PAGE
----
THE FAIR HOUSING ACT
What Housing is Covered?
Fair Housing Act provides protection for Immigrants
What is Prohibited?
Prohibition against Discriminatory Advertising
Definition of Disability
Prohibits discrimination against persons with disabilities
Requires housing providers to make reasonable accommodations for persons with disabilities
Where Should a Person Write or Call?
THE FAIR HOUSING ACT
You may be a first time housing provider. This fact sheet provides some basic information about a housing provider’s responsibilities under the Fair Housing Act. The federal Fair Housing Act generally prohibits discrimination in housing because of race, color, national origin, religion, familial status, gender, and disability. The Fair Housing Act ensures that all persons receive equal housing opportunity.
The Fair Housing Act covers most housing. In some circumstances, the Act exempts owner-occupied buildings with no more than four units, single-family housing sold or rented without the use of a broker, and housing operated by organizations and private clubs that limit occupancy to members.
Fair Housing Act protects all people against prohibited discrimination, regardless of their legal status in the United States. In addition, the Act expressly prohibits discrimination because of national origin.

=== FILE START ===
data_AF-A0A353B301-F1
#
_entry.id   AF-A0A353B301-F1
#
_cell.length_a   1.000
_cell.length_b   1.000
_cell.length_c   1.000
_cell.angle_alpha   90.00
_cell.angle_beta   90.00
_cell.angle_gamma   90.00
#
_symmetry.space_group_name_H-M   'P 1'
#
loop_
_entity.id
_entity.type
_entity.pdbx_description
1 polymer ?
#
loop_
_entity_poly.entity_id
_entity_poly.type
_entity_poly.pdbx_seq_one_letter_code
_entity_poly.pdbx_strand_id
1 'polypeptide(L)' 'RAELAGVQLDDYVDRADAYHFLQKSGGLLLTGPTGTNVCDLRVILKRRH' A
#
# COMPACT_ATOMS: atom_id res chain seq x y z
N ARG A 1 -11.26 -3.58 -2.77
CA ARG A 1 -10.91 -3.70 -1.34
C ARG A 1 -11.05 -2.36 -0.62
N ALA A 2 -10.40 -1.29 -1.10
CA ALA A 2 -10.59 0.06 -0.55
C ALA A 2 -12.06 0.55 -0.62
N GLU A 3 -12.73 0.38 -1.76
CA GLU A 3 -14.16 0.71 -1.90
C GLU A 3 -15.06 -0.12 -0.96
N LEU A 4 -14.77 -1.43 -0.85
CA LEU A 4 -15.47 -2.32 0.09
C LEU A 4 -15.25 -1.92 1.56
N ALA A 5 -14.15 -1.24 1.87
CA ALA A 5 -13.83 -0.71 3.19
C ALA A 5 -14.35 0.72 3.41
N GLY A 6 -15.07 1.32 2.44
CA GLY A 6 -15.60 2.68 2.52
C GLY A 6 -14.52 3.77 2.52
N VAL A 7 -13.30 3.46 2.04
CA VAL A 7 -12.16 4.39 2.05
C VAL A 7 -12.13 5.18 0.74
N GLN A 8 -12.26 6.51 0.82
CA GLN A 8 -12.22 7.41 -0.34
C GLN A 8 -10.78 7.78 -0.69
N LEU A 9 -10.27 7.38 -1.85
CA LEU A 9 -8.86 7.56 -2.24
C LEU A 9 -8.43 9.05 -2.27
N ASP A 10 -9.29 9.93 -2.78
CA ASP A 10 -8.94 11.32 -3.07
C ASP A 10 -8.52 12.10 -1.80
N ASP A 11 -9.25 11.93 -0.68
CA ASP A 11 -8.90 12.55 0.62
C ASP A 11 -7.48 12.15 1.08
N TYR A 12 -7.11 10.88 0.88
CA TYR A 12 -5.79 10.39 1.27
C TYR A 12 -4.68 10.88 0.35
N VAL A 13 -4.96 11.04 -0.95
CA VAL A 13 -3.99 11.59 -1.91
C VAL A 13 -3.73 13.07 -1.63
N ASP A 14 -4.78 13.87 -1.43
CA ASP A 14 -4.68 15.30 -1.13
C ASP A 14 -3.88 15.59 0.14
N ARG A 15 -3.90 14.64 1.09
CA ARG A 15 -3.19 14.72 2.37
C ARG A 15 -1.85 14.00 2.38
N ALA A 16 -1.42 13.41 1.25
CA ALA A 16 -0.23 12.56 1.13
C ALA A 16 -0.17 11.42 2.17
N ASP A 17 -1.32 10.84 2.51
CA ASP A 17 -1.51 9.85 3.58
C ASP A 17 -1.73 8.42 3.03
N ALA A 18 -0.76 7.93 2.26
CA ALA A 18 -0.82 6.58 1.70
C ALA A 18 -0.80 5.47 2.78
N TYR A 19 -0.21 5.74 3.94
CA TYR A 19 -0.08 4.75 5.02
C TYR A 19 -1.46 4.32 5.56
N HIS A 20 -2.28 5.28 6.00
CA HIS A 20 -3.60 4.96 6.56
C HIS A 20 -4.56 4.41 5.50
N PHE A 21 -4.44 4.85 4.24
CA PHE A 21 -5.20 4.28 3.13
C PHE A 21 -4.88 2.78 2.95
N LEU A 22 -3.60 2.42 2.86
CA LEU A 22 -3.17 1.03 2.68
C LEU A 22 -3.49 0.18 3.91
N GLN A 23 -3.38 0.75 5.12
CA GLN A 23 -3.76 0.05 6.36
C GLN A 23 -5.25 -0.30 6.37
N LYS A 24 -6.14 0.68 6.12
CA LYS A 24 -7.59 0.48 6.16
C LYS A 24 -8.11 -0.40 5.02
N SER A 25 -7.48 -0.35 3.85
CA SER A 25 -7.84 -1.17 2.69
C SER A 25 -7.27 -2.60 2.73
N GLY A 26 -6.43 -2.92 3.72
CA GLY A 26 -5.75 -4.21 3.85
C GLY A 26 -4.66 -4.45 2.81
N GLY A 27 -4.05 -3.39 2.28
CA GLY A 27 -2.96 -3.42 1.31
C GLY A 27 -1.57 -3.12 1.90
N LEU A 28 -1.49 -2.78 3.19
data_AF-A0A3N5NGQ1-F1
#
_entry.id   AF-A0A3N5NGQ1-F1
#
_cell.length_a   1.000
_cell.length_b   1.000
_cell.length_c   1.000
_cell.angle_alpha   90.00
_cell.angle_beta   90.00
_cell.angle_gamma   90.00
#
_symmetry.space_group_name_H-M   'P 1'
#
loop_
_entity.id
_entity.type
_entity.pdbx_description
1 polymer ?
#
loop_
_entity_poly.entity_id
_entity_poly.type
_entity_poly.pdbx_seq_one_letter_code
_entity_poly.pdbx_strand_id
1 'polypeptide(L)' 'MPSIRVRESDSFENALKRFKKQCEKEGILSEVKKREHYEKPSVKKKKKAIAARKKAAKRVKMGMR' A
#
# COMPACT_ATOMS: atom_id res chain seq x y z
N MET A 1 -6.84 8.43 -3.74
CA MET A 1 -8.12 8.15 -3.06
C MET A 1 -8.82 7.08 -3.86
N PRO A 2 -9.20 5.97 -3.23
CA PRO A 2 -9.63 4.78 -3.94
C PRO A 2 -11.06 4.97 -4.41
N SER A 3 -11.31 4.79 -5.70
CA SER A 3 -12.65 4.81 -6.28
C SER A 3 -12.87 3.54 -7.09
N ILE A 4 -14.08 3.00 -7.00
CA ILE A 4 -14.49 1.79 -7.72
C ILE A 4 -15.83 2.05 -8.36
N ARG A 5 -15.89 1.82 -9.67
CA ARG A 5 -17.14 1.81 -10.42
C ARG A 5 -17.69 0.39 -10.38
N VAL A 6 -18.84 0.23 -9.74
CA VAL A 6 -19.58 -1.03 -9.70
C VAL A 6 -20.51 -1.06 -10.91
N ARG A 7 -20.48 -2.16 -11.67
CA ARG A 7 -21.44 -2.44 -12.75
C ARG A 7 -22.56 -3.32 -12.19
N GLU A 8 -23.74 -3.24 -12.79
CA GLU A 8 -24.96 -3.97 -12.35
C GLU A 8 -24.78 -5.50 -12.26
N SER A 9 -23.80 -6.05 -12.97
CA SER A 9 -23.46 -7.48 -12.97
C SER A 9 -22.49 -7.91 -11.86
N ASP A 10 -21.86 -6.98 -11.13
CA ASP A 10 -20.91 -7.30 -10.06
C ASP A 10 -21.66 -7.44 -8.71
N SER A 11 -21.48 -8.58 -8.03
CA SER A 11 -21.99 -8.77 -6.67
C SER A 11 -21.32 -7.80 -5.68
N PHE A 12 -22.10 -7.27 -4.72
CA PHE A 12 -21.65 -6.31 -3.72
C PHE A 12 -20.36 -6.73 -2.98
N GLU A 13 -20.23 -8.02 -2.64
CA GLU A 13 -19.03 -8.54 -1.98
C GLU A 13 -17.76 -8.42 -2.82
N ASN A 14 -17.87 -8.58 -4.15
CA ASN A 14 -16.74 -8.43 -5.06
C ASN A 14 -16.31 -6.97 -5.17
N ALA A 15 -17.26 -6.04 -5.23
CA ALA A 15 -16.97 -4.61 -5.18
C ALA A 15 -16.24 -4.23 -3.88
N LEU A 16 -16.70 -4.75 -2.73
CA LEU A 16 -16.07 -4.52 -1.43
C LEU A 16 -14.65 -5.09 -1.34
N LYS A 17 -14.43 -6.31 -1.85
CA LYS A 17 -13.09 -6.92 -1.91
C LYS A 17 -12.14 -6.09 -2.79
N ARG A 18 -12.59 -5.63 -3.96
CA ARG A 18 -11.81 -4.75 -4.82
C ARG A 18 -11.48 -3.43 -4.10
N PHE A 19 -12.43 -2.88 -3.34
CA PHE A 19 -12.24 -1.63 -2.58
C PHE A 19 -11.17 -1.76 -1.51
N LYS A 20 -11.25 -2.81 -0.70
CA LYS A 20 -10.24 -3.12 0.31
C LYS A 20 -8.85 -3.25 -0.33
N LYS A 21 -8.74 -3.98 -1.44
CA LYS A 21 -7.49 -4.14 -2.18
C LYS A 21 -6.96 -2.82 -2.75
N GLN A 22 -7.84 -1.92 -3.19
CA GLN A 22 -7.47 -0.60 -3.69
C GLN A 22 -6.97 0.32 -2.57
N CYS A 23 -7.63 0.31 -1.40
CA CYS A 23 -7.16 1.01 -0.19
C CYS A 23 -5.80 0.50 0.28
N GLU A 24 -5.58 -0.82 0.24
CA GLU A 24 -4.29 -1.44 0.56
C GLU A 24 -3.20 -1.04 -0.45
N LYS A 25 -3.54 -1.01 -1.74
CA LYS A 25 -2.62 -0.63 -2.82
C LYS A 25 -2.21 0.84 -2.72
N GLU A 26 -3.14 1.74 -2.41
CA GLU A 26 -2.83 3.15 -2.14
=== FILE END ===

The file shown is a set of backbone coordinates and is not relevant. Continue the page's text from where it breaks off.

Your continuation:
In the sale and rental of housing, no one may take any of the following actions based on race, color, national origin, religion, sex, familial status, or disability:
- Refuse to rent or sell housing
- Refuse to negotiate for housing
- Make housing unavailable
- Deny a dwelling
- Set different terms, conditions, or privileges for sale or rental of a dwelling
- Provide different housing services or facilities
- Falsely deny that housing is available for inspection, sale, or rental
- For profit, persuade owners to sell or rent (blockbusting)
- Deny anyone access to or membership in a facility or service (such as a multiple listing service) related to the sale or rental of housing
- In mortgage lending, no one may take any of the following actions on the basis of race, color, national origin, religion, sex, familial status, or disability:
- Refuse to make a mortgage loan;
- Refuse to provide information regarding loans;
- Impose different terms or conditions on a loan, such as different interest rates, points, or fees;
- Discriminate in appraising property;
- Refuse to purchase a loan; or
- Set different terms or conditions for purchasing a loan
In addition, it is illegal for anyone to:
- Threaten, coerce, intimidate, or interfere with anyone exercising a fair housing right or assisting others who exercise that right.
- Advertise or make any statement that indicates a limitation or preference on the basis of race, color, national origin, religion, sex, familial status, or handicap. This prohibition against discriminatory advertising applies to single-family and owner-occupied housing that is otherwise exempt from the Fair Housing Act.